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Excitement over Lego movie continues to leave its mark

What started as a collection of studs, bricks, and minifigures developed into video game after video game, featuring Batman, Jar Jar Binks and The Boy Who Lived. From there, Lego transformed on multiple media and gaming platforms. And then, cementing the brand’s foothold in popular culture once again, Lego and Warner Brothers released “The Lego Movie” and connected with brand new and longtime Lego fans across the country.

With the movie now released on DVD, Lego movie fans are still feeding off their excitement for the film and the Lego franchise.

In their annual report, Lego showed a growth of 10 percent in overall revenue between 2012 and 2013. This is attributed to its successful Lego Friends and Legends of Chima lines.

It is expected that “The Lego Movie” and its accompanying products could help promote a similar growth for Lego’s 2014 sales.

Lego fan and former Boise State illustration major, Alexandria Claar, has seen “The Lego Movie” several times and has loved it more and more each time.

Claar found that “The Lego Movie” was quite a feat.

“It sounds cheesy, but you can tell that this is a movie that the people who produced it really took pride in making, which was so worth it in the end,” she said. “It was a stop-motion animated movie that did not utilize clay. That is pretty unique nowadays.”

Taking every opportunity possible to generate more hype and discussion about the movie and its characters, Lego recently released special edition Unikitty minifigures for patient fans at San Diego Comic Con who waited in long lines for the special giveaway.

“I think Lego appeals to as many adults as children. It’s a great way to bond in families too,” Claar stressed.

She found herself enthralled with all of the Lego merchandise and remembering her own experiences with Lego sets as a kid.

“The Lego Movie” has also pulled in a host of new fans. Those who watch the movie are often inclined to invest further in the franchise by buying the accompanying Lego sets.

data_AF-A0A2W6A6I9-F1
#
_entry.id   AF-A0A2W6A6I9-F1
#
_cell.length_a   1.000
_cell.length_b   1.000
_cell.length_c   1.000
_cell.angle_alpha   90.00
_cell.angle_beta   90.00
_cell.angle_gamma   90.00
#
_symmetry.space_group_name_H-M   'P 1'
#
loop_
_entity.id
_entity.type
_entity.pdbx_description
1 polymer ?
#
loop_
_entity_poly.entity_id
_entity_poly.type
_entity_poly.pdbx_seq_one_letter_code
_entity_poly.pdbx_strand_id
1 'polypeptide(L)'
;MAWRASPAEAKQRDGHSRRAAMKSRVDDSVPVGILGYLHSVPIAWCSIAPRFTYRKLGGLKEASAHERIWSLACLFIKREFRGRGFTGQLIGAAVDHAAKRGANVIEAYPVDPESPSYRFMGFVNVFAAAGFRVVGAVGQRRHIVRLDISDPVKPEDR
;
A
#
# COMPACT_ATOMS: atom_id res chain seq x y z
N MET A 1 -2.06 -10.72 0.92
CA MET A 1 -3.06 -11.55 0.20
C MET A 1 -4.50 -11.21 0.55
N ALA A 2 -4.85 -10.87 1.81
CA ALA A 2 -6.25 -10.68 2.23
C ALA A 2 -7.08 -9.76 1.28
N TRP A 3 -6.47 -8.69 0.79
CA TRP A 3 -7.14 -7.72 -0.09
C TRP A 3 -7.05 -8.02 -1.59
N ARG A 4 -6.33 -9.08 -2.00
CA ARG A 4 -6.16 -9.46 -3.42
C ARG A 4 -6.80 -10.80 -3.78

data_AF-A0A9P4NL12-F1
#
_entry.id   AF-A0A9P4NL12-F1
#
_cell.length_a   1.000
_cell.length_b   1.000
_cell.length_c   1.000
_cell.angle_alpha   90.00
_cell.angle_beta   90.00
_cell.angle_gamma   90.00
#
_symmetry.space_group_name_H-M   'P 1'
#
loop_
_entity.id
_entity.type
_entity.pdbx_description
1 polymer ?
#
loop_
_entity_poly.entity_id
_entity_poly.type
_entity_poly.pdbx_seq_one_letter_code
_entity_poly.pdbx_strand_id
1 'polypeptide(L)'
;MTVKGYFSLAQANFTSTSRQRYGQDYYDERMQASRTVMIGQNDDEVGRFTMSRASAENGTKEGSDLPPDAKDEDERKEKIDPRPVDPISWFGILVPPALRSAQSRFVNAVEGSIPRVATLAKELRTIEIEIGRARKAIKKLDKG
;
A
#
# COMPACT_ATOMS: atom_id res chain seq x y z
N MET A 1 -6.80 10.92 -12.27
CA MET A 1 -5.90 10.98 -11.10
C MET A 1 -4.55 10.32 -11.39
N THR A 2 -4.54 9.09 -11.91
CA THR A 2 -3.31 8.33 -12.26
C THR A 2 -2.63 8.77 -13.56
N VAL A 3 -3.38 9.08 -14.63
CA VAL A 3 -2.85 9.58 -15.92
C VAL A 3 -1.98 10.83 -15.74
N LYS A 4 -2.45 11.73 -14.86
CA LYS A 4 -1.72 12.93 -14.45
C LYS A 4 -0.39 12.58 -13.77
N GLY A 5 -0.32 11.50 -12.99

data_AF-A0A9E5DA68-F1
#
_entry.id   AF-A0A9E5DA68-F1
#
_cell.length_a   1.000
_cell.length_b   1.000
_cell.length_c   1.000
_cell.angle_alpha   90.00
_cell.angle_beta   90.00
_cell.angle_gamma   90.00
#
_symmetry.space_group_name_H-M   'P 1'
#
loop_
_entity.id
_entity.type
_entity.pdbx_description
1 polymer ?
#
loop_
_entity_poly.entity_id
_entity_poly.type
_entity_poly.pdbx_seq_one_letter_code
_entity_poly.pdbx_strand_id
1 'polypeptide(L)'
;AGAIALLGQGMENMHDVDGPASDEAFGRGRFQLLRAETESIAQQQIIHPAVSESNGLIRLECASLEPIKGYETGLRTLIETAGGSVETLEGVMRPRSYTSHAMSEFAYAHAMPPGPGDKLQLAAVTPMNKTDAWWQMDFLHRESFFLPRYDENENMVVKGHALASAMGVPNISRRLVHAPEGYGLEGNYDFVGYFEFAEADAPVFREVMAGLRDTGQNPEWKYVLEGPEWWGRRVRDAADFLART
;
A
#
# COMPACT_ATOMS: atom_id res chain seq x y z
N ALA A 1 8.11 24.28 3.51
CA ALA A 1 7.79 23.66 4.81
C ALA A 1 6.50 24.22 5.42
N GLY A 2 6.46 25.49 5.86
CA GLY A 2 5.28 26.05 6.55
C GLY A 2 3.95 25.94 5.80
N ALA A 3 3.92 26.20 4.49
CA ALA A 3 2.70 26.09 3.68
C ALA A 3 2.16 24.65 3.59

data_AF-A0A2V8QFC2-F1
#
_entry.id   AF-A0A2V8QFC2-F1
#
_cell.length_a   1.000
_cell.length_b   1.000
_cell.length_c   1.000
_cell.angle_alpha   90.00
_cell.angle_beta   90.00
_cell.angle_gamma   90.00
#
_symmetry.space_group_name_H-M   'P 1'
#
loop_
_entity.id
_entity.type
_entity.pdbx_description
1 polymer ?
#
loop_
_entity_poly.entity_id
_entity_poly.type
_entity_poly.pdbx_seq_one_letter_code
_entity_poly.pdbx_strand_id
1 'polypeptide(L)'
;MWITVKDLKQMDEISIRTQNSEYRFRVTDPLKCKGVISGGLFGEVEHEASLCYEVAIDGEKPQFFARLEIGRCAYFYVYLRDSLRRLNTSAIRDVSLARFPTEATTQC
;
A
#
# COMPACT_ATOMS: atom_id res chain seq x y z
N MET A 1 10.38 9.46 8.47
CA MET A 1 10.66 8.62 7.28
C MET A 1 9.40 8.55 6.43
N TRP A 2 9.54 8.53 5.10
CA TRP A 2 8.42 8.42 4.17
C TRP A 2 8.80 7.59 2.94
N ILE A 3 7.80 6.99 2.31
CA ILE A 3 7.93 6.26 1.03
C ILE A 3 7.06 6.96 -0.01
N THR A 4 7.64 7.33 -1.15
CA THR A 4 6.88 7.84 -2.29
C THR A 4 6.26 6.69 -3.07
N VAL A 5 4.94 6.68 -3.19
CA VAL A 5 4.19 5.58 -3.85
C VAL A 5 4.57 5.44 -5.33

But, as with many new fads, the reigning question is whether or not the new-found excitement for Lego will be permanent or passing.

“Legos will always have their die-hard fans, and will probably gain a few loyals from the movie, but like a lot of toy-centered trends, I’m sure it will fade with time,” Claar said.

Ashley Corbett,  junior criminal justice major, has yet to see “The Lego Movie”, but has remained a loyal fan of Lego since her childhood.

Judging from what she’s seen and heard of the movie, Corbett holds that the film promotes “self-worth, friendship, courage, bravery and confidence,” all of which are attributes promoted across generational gaps.

“I would say it made those who loved Lego love it more, and those who didn’t like it, or know of it to begin with, have taken notice,” Corbett said.

Corbett has seen multiple other individuals and students return to the Lego franchise after having memories of their childhood toys rekindled.

“I’d like to think it will be permanent. Lego bricks are just a great way to express ideas and make incredibly awesome things all at the same time,” Corbett said.

About Justin Kirkham (124 Articles)
Justin Kirkham is currently the Editor-in-Chief at the Arbiter and has been pursuing journalism since high school. Having interned as a blogger for YouTuber Strawburry17 and having invested far too many hours in news and cultural writing, he aims to continue working within the realms of gaming/technology, environmental and social justice journalism. He is strangely attuned to pop culture and can name both of Taylor Swift's cats.
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